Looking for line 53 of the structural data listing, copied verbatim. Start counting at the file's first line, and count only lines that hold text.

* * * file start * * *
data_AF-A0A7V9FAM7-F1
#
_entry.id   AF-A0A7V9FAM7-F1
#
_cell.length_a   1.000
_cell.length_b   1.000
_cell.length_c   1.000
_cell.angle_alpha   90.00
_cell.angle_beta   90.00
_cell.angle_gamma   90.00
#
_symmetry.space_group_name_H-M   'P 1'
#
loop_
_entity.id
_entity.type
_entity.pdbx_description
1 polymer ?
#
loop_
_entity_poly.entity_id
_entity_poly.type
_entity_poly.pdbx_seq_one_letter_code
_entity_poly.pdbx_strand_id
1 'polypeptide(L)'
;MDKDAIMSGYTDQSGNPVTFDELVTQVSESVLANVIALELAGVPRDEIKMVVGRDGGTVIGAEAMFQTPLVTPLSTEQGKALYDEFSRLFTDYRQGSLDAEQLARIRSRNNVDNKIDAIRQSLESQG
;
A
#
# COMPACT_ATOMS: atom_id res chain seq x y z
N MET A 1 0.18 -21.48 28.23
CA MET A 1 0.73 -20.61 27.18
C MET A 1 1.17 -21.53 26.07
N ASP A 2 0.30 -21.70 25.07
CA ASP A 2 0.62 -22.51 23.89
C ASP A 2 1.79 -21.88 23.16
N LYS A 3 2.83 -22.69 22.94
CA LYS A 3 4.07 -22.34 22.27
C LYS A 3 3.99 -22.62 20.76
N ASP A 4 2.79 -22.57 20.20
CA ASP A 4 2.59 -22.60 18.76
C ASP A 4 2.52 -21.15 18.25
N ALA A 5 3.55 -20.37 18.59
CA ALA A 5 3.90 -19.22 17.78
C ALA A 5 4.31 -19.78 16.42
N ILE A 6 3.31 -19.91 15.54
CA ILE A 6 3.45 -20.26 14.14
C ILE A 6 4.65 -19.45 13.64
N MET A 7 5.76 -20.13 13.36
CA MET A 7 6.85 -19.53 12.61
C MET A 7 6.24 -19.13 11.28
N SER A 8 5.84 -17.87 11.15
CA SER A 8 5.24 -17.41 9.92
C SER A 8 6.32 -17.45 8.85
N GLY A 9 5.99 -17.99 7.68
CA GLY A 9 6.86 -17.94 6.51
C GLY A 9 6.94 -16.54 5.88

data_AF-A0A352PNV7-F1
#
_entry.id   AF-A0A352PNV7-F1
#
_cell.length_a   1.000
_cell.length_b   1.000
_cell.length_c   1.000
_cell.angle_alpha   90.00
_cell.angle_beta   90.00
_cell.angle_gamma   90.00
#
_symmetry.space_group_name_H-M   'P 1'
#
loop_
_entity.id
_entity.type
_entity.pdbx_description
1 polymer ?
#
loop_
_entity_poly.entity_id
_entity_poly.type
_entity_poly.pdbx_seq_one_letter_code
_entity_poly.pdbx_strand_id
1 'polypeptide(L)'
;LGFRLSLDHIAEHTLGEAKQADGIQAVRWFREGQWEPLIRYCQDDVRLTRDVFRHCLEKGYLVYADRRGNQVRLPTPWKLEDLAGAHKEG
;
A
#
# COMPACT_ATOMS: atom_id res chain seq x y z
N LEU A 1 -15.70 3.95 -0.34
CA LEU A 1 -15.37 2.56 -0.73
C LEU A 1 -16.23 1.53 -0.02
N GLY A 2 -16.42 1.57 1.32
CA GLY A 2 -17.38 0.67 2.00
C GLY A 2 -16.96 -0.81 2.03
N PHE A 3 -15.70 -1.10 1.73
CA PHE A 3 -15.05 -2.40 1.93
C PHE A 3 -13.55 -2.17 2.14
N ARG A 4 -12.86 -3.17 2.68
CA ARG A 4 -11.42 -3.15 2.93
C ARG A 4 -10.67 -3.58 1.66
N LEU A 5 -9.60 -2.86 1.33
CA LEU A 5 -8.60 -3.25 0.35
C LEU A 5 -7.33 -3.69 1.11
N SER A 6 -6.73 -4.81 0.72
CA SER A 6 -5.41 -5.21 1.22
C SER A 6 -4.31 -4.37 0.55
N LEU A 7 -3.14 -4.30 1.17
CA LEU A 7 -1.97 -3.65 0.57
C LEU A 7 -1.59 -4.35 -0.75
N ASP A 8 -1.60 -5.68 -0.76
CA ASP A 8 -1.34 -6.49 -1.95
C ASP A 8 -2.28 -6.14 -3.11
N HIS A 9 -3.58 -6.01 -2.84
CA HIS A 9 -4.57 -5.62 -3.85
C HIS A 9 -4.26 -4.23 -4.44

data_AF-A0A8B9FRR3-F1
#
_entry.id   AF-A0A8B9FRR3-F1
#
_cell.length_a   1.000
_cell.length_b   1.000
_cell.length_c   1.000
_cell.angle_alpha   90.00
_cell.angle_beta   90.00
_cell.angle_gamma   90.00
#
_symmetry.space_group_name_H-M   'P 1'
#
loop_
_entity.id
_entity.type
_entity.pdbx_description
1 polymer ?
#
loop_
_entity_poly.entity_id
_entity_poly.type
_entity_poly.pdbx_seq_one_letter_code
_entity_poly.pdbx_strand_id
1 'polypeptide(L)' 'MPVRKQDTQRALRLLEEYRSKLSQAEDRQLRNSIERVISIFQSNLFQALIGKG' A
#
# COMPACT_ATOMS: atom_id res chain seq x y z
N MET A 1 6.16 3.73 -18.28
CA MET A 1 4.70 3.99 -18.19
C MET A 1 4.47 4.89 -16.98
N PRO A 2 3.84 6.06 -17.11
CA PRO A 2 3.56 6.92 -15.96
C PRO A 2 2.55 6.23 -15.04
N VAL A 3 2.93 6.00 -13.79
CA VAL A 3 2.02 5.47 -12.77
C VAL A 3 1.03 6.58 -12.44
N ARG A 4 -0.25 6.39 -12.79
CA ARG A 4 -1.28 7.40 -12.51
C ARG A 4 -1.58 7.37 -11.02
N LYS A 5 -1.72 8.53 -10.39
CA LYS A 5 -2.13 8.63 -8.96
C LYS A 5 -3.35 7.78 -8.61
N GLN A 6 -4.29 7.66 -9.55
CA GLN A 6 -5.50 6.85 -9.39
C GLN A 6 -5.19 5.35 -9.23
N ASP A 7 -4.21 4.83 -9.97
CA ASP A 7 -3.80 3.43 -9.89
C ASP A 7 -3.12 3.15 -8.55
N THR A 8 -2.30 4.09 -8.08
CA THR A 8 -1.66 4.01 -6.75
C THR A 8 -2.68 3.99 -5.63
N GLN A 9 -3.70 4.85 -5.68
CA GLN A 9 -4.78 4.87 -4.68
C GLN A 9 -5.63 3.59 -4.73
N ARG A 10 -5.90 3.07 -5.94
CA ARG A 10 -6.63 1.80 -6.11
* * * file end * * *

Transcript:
CA SER A 8 5.24 -17.41 9.92